Lapp began her writing career early in life. She first gained prominence in the early 1970s with the publication of her book Diet for a Small Planet, which has sold several million copies. In 1975, with Joseph Collins she launched the California-based Institute for Food and Development Policy (Food First) to educate Americans about the causes of world hunger. In 1990, Lapp co-founded the Center for Living Democracy, a 10-year initiative to accelerate the spread of democratic innovations in which regular citizens contribute to problem solving. She served as founding editor of the Center–s American News Service (1995–2000), which placed stories of citizen problem-solving in nearly half the nation–s largest newspapers.
In 2002, Lapp and her daughter Anna established the Small Planet Institute based in Cambridge, Massachusetts a collaborative network for research and popular education to bring democracy to life. With her daughter, she is also co-founder of the Small Planet Fund, channeling resources to democratic social movements worldwide.
Democracy's Edge: Choosing to Save our Country by Bringing Democracy to Life, was released in 2006. This book completed a trilogy which began in 2002 with the 30th anniversary sequel to Diet for a Small Planet, titled Hope's Edge: The Next Diet for a Small Planet, co-written with her daughter, Anna Lapp. Then in 2004 she published with Jeffrey Perkins You Have the Power: Choosing Courage in a Culture of Fear. Among Lapp's other books are World Hunger: Twelve Myths and Rediscovering America's Values.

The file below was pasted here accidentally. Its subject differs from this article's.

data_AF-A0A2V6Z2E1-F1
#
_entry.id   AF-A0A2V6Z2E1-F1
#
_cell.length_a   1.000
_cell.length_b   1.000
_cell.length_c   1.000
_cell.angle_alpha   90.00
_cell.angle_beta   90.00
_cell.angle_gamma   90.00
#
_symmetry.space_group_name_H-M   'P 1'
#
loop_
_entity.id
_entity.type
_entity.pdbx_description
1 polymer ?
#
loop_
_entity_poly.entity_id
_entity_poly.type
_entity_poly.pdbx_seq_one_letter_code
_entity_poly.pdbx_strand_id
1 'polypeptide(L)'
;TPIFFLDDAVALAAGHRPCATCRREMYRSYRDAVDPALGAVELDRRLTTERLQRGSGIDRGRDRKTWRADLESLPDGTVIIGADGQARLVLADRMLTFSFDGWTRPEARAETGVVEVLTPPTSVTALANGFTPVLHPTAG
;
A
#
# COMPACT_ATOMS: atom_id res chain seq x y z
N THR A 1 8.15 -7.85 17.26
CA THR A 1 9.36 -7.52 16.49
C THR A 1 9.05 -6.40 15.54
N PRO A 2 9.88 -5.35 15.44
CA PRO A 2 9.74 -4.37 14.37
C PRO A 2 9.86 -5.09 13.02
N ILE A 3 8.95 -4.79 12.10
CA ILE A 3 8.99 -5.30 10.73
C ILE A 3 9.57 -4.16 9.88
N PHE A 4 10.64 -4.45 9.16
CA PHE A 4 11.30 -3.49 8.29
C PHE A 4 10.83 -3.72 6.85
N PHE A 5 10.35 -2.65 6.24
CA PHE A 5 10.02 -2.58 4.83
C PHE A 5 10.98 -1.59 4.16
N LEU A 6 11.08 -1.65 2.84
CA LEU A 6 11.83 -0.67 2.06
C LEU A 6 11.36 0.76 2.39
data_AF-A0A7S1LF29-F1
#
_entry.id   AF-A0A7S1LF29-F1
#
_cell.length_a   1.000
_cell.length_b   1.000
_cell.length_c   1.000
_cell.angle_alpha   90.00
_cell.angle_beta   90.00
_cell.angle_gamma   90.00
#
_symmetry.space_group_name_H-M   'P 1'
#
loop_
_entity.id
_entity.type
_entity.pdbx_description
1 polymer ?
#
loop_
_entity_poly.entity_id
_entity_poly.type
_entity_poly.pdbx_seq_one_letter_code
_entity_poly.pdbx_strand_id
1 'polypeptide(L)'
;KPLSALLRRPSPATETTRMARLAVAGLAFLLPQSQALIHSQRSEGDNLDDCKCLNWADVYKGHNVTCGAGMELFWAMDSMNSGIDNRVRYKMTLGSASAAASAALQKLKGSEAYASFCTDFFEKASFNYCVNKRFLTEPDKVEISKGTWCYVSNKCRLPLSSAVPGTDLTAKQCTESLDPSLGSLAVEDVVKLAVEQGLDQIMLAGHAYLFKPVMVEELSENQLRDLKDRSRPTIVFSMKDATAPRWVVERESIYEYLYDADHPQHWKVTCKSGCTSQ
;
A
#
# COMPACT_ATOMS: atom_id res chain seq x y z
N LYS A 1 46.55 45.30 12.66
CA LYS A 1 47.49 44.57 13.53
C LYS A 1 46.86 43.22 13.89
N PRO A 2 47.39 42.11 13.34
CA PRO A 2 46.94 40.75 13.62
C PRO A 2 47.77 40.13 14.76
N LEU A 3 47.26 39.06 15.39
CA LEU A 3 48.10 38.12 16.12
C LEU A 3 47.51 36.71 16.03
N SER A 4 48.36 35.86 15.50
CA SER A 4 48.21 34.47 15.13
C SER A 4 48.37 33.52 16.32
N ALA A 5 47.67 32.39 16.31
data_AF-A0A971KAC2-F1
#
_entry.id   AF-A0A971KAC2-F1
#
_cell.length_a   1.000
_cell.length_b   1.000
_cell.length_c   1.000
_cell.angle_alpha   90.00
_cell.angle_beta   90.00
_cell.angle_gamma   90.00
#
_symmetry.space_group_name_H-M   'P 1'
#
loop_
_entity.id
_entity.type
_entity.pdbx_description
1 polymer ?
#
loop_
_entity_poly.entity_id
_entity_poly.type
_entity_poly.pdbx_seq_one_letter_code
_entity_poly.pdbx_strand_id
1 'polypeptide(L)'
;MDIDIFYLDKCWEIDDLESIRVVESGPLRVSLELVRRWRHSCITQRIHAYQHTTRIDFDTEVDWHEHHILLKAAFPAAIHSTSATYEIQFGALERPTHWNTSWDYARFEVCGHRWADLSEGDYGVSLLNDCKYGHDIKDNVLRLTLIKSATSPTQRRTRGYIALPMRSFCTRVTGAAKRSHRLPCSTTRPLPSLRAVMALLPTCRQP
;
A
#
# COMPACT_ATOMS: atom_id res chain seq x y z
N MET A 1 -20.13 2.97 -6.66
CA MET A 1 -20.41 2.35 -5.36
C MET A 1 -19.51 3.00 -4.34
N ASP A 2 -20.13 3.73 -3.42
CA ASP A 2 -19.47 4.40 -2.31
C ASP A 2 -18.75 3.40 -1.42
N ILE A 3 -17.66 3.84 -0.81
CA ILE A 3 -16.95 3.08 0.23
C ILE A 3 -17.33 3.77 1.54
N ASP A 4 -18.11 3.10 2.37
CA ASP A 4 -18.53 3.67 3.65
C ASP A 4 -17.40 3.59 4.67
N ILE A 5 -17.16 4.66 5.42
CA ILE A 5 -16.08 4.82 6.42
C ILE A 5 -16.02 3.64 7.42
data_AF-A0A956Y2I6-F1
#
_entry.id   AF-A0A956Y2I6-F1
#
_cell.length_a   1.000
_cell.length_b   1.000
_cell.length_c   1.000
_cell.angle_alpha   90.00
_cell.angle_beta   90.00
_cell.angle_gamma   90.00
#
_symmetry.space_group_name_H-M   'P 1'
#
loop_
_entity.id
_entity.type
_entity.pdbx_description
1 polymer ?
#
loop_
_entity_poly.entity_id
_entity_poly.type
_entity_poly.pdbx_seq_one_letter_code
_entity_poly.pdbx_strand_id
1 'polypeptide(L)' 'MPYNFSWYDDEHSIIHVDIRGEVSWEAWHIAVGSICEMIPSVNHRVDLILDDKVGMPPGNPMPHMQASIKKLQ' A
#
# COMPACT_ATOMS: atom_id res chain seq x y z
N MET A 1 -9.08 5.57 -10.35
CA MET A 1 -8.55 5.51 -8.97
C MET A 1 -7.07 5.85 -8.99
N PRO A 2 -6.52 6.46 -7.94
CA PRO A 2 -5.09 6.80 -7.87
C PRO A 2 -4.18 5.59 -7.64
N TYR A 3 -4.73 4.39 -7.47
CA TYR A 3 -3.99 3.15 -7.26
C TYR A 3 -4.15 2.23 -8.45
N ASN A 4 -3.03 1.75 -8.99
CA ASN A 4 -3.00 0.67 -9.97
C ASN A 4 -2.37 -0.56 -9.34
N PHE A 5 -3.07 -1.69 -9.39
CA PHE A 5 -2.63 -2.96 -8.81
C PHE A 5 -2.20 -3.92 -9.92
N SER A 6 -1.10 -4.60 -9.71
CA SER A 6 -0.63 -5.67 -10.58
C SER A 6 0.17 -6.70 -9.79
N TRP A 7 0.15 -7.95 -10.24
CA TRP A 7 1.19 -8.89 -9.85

In March 2010, the Institute's publishing arm, Small Planet Media, released Lapp's newest book, Getting a Grip 2: Clarity, Creativity, & Courage for the World We Really Want, a through revision of the 2008 Nautilus Gold/"Best in Small Press" award winning edition.
In 2006 she was chosen as a founding councilor of the Hamburg-based World Future Council. She is also a member of the International Commission on the Future of Food and Agriculture and the National Advisory Board of the Union of Concerned Scientists. She serves as an advisor to the Calgary Centre for Global Community and on the board of David Korten–s People-Centered Development Forum. In 2009 she joined the advisory board of Corporate Accountability International's Value the Meal campaign. She is a Contributing Editor to YES! Magazine. Lapp's articles and opinion pieces have appeared in publications as diverse as The New York Times, O Magazine, and Christian Century. Her television and radio appearances have included a PBS special with Bill Moyers, the Today Show, CBS Radio, and National Public Radio.